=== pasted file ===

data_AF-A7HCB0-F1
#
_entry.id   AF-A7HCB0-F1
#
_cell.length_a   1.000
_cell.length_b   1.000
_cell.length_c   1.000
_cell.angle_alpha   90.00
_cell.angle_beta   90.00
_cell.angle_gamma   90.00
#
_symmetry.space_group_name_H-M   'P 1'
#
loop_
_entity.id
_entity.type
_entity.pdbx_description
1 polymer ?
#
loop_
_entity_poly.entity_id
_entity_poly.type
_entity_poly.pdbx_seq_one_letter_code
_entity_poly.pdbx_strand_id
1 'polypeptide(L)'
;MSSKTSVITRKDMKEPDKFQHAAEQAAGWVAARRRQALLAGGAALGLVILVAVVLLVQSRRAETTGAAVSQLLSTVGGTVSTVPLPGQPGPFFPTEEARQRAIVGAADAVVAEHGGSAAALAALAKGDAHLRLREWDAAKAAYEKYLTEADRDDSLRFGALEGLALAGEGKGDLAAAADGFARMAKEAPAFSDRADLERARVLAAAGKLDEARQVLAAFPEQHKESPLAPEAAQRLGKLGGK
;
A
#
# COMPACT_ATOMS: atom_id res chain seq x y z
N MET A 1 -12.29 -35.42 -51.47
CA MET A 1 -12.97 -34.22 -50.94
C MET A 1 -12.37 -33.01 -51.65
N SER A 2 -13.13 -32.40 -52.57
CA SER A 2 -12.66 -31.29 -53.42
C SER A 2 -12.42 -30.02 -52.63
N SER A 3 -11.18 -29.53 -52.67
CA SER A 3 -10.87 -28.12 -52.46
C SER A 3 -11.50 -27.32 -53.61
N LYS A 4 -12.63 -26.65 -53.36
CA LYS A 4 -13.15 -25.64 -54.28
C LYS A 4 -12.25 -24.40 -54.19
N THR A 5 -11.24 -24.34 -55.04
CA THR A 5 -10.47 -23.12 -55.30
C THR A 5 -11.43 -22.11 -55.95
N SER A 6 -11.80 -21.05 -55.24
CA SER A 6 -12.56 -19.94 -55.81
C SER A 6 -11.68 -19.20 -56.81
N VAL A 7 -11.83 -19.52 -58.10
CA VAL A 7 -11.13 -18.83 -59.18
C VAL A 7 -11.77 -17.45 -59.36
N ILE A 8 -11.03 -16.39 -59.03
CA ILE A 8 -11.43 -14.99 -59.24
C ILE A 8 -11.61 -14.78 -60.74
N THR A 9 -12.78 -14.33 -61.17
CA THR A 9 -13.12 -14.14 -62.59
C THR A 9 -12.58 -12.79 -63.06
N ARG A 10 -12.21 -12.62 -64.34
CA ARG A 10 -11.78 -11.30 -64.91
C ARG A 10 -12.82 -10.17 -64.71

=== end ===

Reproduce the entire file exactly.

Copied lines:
data_AF-A7HCB0-F1
#
_entry.id   AF-A7HCB0-F1
#
_cell.length_a   1.000
_cell.length_b   1.000
_cell.length_c   1.000
_cell.angle_alpha   90.00
_cell.angle_beta   90.00
_cell.angle_gamma   90.00
#
_symmetry.space_group_name_H-M   'P 1'
#
loop_
_entity.id
_entity.type
_entity.pdbx_description
1 polymer ?
#
loop_
_entity_poly.entity_id
_entity_poly.type
_entity_poly.pdbx_seq_one_letter_code
_entity_poly.pdbx_strand_id
1 'polypeptide(L)'
;MSSKTSVITRKDMKEPDKFQHAAEQAAGWVAARRRQALLAGGAALGLVILVAVVLLVQSRRAETTGAAVSQLLSTVGGTVSTVPLPGQPGPFFPTEEARQRAIVGAADAVVAEHGGSAAALAALAKGDAHLRLREWDAAKAAYEKYLTEADRDDSLRFGALEGLALAGEGKGDLAAAADGFARMAKEAPAFSDRADLERARVLAAAGKLDEARQVLAAFPEQHKESPLAPEAAQRLGKLGGK
;
A
#
# COMPACT_ATOMS: atom_id res chain seq x y z
N MET A 1 -12.29 -35.42 -51.47
CA MET A 1 -12.97 -34.22 -50.94
C MET A 1 -12.37 -33.01 -51.65
N SER A 2 -13.13 -32.40 -52.57
CA SER A 2 -12.66 -31.29 -53.42
C SER A 2 -12.42 -30.02 -52.63
N SER A 3 -11.18 -29.53 -52.67
CA SER A 3 -10.87 -28.12 -52.46
C SER A 3 -11.50 -27.32 -53.61
N LYS A 4 -12.63 -26.65 -53.36
CA LYS A 4 -13.15 -25.64 -54.28
C LYS A 4 -12.25 -24.40 -54.19
N THR A 5 -11.24 -24.34 -55.04
CA THR A 5 -10.47 -23.12 -55.30
C THR A 5 -11.43 -22.11 -55.95
N SER A 6 -11.80 -21.05 -55.24
CA SER A 6 -12.56 -19.94 -55.81
C SER A 6 -11.68 -19.20 -56.81
N VAL A 7 -11.83 -19.52 -58.10
CA VAL A 7 -11.13 -18.83 -59.18
C VAL A 7 -11.77 -17.45 -59.36
N ILE A 8 -11.03 -16.39 -59.03
CA ILE A 8 -11.43 -14.99 -59.24
C ILE A 8 -11.61 -14.78 -60.74
N THR A 9 -12.78 -14.33 -61.17
CA THR A 9 -13.12 -14.14 -62.59
C THR A 9 -12.58 -12.79 -63.06
N ARG A 10 -12.21 -12.62 -64.34
CA ARG A 10 -11.78 -11.30 -64.91
C ARG A 10 -12.82 -10.17 -64.71